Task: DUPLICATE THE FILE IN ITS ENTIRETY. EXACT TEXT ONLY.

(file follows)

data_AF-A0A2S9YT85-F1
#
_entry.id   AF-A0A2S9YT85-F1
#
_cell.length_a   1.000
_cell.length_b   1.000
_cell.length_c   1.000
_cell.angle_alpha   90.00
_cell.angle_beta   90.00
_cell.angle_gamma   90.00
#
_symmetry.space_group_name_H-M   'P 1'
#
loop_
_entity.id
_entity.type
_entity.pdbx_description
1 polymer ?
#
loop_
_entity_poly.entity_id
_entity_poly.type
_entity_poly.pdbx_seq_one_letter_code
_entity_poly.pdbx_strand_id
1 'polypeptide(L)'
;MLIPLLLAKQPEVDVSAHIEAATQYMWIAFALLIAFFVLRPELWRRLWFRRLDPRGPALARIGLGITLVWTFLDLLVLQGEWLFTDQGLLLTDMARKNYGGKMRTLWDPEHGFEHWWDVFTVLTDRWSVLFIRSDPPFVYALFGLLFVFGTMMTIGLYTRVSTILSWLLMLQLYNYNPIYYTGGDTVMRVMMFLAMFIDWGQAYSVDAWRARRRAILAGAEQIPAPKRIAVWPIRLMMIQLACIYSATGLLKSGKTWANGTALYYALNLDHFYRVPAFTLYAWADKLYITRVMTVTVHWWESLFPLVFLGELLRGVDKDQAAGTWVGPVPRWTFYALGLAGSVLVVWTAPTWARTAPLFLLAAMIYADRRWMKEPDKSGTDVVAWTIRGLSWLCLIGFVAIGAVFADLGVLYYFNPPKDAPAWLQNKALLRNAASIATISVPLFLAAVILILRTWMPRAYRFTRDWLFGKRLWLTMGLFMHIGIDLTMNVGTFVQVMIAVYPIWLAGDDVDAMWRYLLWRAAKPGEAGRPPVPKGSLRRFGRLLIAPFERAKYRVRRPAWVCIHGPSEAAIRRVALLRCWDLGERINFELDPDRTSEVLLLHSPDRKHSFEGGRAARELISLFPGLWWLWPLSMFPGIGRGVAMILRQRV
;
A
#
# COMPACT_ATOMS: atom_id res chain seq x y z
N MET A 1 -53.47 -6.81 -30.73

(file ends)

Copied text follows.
data_AF-A0A2S9YT85-F1
#
_entry.id   AF-A0A2S9YT85-F1
#
_cell.length_a   1.000
_cell.length_b   1.000
_cell.length_c   1.000
_cell.angle_alpha   90.00
_cell.angle_beta   90.00
_cell.angle_gamma   90.00
#
_symmetry.space_group_name_H-M   'P 1'
#
loop_
_entity.id
_entity.type
_entity.pdbx_description
1 polymer ?
#
loop_
_entity_poly.entity_id
_entity_poly.type
_entity_poly.pdbx_seq_one_letter_code
_entity_poly.pdbx_strand_id
1 'polypeptide(L)'
;MLIPLLLAKQPEVDVSAHIEAATQYMWIAFALLIAFFVLRPELWRRLWFRRLDPRGPALARIGLGITLVWTFLDLLVLQGEWLFTDQGLLLTDMARKNYGGKMRTLWDPEHGFEHWWDVFTVLTDRWSVLFIRSDPPFVYALFGLLFVFGTMMTIGLYTRVSTILSWLLMLQLYNYNPIYYTGGDTVMRVMMFLAMFIDWGQAYSVDAWRARRRAILAGAEQIPAPKRIAVWPIRLMMIQLACIYSATGLLKSGKTWANGTALYYALNLDHFYRVPAFTLYAWADKLYITRVMTVTVHWWESLFPLVFLGELLRGVDKDQAAGTWVGPVPRWTFYALGLAGSVLVVWTAPTWARTAPLFLLAAMIYADRRWMKEPDKSGTDVVAWTIRGLSWLCLIGFVAIGAVFADLGVLYYFNPPKDAPAWLQNKALLRNAASIATISVPLFLAAVILILRTWMPRAYRFTRDWLFGKRLWLTMGLFMHIGIDLTMNVGTFVQVMIAVYPIWLAGDDVDAMWRYLLWRAAKPGEAGRPPVPKGSLRRFGRLLIAPFERAKYRVRRPAWVCIHGPSEAAIRRVALLRCWDLGERINFELDPDRTSEVLLLHSPDRKHSFEGGRAARELISLFPGLWWLWPLSMFPGIGRGVAMILRQRV
;
A
#
# COMPACT_ATOMS: atom_id res chain seq x y z
N MET A 1 -53.47 -6.81 -30.73